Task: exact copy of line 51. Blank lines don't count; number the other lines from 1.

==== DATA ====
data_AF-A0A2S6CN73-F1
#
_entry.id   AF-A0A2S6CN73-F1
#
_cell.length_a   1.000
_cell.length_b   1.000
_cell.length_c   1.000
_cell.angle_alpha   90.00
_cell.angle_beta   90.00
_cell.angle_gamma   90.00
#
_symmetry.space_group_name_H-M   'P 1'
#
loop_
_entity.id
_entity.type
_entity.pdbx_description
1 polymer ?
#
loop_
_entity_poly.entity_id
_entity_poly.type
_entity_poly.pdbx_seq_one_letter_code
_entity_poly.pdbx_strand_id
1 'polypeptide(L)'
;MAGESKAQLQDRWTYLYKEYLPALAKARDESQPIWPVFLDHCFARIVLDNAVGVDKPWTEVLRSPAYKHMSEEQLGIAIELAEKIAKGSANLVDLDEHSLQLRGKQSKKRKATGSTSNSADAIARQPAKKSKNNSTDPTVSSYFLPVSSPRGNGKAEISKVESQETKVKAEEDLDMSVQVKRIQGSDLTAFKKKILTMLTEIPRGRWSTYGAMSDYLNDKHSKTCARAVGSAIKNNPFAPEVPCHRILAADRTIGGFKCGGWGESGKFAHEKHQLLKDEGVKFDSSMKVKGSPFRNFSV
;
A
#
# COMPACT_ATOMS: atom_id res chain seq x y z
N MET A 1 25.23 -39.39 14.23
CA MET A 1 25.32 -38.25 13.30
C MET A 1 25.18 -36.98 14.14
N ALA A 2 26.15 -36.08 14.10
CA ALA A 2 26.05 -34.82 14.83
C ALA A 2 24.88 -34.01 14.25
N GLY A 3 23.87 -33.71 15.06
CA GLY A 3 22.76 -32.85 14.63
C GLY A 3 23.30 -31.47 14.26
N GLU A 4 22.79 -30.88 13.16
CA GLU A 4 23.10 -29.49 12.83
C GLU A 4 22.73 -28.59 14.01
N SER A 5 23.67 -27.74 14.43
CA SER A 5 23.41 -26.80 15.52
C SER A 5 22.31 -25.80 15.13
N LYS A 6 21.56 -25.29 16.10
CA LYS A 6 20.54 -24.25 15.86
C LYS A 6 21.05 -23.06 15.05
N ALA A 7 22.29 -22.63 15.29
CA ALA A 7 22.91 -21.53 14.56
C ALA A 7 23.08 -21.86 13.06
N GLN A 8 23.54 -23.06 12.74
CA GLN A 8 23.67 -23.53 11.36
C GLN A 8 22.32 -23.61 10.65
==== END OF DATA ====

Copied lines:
C ALA A 7 23.08 -21.86 13.06